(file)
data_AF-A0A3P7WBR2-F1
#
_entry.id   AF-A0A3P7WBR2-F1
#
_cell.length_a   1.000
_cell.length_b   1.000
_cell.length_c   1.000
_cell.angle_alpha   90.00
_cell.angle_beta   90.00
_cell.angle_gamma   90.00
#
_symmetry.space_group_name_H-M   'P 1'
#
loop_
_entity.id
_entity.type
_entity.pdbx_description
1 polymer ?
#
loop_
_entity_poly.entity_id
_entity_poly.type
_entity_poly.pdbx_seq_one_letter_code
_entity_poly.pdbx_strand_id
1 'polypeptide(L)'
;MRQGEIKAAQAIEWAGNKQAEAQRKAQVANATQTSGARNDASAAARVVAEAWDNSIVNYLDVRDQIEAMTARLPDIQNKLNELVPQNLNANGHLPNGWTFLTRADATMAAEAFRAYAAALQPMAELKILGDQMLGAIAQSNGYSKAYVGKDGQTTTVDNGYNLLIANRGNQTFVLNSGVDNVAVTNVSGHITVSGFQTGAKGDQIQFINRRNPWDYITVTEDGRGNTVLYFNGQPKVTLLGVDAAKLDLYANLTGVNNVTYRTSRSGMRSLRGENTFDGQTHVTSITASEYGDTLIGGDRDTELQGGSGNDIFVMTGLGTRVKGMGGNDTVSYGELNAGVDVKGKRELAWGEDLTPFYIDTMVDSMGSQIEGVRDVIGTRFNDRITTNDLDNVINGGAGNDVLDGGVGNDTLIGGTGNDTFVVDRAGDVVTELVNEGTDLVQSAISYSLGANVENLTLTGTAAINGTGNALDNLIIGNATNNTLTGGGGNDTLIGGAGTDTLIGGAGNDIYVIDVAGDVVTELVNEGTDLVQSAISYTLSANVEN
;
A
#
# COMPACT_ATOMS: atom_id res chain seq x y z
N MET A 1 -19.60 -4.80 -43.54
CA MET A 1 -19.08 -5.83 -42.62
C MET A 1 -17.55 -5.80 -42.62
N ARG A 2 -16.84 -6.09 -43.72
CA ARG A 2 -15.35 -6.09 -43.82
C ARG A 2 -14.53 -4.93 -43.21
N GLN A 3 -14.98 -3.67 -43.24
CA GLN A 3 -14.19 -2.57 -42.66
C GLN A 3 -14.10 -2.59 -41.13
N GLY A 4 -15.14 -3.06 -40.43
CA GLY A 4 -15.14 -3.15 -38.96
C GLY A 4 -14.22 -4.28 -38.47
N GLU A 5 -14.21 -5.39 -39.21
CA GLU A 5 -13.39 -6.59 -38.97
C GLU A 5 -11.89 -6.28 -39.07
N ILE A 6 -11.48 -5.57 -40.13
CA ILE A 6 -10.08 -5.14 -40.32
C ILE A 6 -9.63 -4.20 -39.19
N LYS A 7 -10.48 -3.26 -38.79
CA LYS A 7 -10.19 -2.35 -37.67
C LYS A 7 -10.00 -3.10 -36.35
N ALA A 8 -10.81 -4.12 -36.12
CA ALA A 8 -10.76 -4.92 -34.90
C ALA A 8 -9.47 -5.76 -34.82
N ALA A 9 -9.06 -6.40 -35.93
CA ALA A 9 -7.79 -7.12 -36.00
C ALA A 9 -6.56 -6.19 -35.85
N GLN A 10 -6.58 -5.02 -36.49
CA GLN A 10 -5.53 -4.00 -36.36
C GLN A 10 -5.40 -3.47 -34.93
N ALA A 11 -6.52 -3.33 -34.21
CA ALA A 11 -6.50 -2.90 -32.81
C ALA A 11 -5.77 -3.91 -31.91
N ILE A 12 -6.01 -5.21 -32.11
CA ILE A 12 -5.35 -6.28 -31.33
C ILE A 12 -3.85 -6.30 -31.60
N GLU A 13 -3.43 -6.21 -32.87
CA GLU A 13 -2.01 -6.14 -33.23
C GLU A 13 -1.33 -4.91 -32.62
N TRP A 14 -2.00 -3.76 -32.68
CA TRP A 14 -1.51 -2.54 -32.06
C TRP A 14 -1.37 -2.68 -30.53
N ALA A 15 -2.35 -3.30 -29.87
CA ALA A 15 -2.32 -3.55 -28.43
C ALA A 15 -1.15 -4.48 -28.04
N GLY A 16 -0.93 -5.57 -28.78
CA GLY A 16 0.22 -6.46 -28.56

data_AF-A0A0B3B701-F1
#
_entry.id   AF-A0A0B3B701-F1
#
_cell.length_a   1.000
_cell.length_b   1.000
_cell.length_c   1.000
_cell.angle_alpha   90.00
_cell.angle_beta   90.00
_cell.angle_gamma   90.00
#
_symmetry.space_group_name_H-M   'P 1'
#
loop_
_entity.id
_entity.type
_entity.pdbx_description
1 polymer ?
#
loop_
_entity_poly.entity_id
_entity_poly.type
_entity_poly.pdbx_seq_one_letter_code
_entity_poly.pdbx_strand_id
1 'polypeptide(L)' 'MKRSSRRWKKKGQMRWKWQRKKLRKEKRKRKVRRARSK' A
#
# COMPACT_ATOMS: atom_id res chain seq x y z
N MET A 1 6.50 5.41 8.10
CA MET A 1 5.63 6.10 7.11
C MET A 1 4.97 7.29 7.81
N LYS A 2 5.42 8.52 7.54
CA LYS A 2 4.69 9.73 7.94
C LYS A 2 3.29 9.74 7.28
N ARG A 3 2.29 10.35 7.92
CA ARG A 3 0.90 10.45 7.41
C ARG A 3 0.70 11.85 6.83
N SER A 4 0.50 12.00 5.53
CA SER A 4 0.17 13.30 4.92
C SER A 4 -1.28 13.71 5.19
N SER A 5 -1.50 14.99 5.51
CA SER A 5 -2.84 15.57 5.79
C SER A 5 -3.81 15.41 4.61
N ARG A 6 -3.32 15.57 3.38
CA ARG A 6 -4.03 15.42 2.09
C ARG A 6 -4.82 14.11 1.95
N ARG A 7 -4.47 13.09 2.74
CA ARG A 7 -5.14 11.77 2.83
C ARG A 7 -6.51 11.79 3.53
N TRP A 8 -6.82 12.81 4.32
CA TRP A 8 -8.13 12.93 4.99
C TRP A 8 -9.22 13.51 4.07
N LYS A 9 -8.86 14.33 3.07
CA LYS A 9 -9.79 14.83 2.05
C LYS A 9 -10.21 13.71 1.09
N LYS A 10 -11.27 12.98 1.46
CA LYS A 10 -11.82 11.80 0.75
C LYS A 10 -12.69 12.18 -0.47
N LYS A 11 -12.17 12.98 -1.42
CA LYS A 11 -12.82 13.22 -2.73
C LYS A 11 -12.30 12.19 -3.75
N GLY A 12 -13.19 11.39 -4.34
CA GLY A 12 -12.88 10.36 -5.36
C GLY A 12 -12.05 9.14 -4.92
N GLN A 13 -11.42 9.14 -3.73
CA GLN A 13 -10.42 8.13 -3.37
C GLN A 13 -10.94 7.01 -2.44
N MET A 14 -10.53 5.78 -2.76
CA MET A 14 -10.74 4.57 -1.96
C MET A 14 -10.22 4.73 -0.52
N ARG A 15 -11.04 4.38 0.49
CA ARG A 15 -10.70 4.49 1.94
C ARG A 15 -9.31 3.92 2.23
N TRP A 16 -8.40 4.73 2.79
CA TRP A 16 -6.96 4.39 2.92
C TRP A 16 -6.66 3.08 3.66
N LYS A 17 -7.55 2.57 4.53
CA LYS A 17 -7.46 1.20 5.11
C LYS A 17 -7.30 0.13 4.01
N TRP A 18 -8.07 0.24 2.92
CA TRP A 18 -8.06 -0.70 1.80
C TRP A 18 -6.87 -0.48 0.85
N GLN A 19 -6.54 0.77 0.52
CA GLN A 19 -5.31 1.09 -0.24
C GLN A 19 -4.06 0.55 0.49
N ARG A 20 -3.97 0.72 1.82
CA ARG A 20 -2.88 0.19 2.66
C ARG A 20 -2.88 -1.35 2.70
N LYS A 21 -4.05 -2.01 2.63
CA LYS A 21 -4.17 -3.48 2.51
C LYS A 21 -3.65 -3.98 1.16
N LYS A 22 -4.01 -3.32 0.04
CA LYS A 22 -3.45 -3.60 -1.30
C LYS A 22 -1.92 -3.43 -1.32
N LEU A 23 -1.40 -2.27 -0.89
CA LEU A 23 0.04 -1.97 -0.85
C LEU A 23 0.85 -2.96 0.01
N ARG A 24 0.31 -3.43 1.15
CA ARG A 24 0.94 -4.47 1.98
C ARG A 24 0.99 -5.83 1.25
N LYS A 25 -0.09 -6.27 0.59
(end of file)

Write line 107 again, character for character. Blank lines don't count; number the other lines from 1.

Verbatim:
C MET A 1 4.97 7.29 7.81